E.g. Mary spammed 50 USENET groups by posting the same message
Also: Maillist , USENET
Query Language) -- A specialized programming language for sending
queries to databases. Most industrial-strength and many smaller
database applications can be addressed using SQL. Each specific
application will have its own version of SQL implementing features
unique to that application, but all SQL-capable databases support
a common subset of SQL.
Sockets Layer) -- A protocol designed by Netscape Communications
to enable encrypted, authenticated communications across the Internet.
SSL used mostly (but not exclusively) in communications between
web browsers and web servers. URL¹s that
begin with ³https² indicate that an SSL connection will be used.
SSL provides 3 important things: Privacy, Authentication, and
In an SSL connection each side of the connection must have a Security
Certificate, which each side¹s software sends to the other.
Each side then encrypts what it sends using information from both
its own and the other side¹s Certificate, ensuring that only the
intended recipient can de-crypt it, and that the other side can
be sure the data came from the place it claims to have come from,
and that the message has not been tampered with.
Also: Browser , Server , Security Certificate , URL
Operator) -- Anyone responsible for the physical operations of
a computer system or network resource. A System Administrator
decides how often backups and maintenance should be performed
and the System Operator performs those tasks.
account--A software application that lets you use someone
else's Internet connection. It's not the same as having your own,
direct Internet connection, but pretty close. Instead, you connect
to a host computer and use the Internet through the host computer's
signature file--An ASCII text file, maintained
within e-mail programs, that contains a few lines of text for
your signature. The programs automatically attach the file to
your messages so you don't have to repeatedly type a closing.
SLIP/PPP--(Serial Line Internet Protocol/Point-to-Point
Protocol) The basic rules that enable PCS to connect, usually
by dial-up modem, directly to other computers that provide Internet
SMTP--(Simple Mail Transfer Protocol) The basic
programming language behind the Internet's e-mail functions.
spam--Anything that nobody wants. Applies primarily
to commercial messages posted across a large number of Internet
Newsgroups, especially when the ad contains nothing of specific
interest to the posted Newsgroup.
leased-line connection capable of carrying data at 1,544,000
bits-per-second. At maximum theoretical capacity, a T-1
line could move a megabyte in less than 10 seconds. That
is still not fast enough for full-screen, full-motion video, for
which you need at least 10,000,000 bits-per-second. T-1 is the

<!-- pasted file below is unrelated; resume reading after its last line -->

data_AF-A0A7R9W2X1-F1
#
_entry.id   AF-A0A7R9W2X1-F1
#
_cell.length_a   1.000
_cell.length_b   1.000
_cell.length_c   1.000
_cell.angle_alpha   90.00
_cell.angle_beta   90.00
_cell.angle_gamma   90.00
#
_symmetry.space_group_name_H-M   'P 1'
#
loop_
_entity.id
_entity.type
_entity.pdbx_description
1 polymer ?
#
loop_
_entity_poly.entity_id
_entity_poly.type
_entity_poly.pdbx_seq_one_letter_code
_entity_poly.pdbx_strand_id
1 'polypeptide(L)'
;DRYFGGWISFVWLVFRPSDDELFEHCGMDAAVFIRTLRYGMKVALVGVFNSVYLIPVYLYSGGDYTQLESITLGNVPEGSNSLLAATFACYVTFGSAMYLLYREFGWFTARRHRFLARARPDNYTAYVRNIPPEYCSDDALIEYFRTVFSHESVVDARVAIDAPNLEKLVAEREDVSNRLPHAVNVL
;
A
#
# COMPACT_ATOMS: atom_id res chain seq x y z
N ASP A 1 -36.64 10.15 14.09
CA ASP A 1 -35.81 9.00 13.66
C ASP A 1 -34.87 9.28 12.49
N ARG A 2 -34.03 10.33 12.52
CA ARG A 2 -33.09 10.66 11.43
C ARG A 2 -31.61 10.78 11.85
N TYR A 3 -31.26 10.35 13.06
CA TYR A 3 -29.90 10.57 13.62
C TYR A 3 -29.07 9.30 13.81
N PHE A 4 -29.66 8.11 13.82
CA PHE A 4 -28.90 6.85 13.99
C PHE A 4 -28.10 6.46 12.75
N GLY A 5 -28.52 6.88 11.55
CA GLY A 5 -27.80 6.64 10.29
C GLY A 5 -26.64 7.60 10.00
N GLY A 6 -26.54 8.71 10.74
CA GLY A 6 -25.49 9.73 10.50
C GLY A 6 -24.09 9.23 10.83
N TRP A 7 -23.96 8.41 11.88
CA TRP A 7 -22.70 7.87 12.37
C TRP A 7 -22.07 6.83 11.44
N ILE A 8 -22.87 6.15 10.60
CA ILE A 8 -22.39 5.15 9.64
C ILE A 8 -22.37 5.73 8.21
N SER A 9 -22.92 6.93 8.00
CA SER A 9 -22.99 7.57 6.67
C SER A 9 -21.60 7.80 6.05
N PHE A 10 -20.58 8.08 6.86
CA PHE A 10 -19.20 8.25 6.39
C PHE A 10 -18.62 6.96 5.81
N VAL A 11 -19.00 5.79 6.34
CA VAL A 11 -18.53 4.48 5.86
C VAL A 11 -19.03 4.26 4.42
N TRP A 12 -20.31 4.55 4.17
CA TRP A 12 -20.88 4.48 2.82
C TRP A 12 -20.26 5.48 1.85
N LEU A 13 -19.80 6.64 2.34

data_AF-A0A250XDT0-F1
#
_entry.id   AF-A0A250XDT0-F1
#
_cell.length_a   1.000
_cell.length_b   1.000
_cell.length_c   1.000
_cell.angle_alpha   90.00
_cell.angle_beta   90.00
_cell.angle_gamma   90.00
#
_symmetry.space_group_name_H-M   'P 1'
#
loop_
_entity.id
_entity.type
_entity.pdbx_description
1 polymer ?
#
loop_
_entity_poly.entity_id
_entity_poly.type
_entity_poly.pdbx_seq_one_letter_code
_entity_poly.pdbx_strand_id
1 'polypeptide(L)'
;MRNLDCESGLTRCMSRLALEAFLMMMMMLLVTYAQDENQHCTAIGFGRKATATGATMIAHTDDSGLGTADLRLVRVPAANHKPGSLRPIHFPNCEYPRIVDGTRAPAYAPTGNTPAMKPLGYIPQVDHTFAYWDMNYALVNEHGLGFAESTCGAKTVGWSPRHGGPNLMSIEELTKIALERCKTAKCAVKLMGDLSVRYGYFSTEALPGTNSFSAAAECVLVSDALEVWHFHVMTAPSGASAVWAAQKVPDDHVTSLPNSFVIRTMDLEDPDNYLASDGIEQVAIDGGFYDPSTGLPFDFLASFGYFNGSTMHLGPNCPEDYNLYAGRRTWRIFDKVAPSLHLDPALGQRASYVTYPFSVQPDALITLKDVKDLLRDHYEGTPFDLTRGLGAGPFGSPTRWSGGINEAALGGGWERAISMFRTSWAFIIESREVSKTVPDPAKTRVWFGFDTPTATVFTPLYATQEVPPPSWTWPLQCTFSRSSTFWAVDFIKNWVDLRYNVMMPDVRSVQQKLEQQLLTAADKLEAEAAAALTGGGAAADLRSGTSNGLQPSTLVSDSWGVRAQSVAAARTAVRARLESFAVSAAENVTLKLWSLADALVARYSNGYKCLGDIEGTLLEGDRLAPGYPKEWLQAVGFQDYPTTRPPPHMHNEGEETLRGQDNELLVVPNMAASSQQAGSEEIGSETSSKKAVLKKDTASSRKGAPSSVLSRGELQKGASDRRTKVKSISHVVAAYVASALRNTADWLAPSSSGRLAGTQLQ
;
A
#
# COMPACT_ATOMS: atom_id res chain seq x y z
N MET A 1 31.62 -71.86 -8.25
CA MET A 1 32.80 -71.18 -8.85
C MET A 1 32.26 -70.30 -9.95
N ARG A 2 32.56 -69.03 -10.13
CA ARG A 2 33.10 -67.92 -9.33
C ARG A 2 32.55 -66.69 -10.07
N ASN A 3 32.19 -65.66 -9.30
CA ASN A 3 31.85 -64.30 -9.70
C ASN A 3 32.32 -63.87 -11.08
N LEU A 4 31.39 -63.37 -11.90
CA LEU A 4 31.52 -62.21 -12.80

fastest speed commonly used to connect networks to the
Also: 56k Line , Bandwidth , Bit , Byte , Ethernet , T-3
leased-line connection capable of carrying data at 44,736,000
bits-per-second. This is more than enough to do full-screen, full-motion
Also: 56k Line , Bandwidth , Bit , Byte , Ethernet , T-1
Control Protocol/Internet Protocol) -- This is the suite of protocols
that defines the Internet. Originally designed for the
UNIX operating system, TCP/IP software is now available
for every major kind of computer operating system. To be truly
on the Internet, your computer must have TCP/IP software.
Also: IP Number , Internet , UNIX
command and program used to login from one Internet
site to another. The telnet command/program gets you to the login:
prompt of another host.
Also: Byte , Kilobyte
device that allows you to send commands to a computer somewhere
else. At a minimum, this usually means a keyboard and a display
screen and some simple circuitry. Usually you will use terminal
software in a personal computer - the software pretends to be
(emulates) a physical terminal and allows you to type commands
to a computer somewhere else.
special purpose computer that has places to plug in many modems
on one side, and a connection to a LAN or host machine
on the other side. Thus the terminal server does the work of answering
the calls and passes the connections on to the appropriate node.
Most terminal servers can provide PPP or SLIP services
if connected to the Internet.
Also: LAN , Modem , Host , Node , PPP , SLIP
Ta For Now) -- A shorthand appended to a comment written in an
Also: IMHO , BTW
Internet backbone line that carries up to 1.536 million bits per
T3--An Internet line that carries up to 45 million
bits per second (45Mbps).
TA--See "Terminal Adapter."
TCP/IP--(Transmission Control Protocol/Internet
Protocol) The basic programming foundation that carries computer
messages around the globe via the Internet. Co-created by Vinton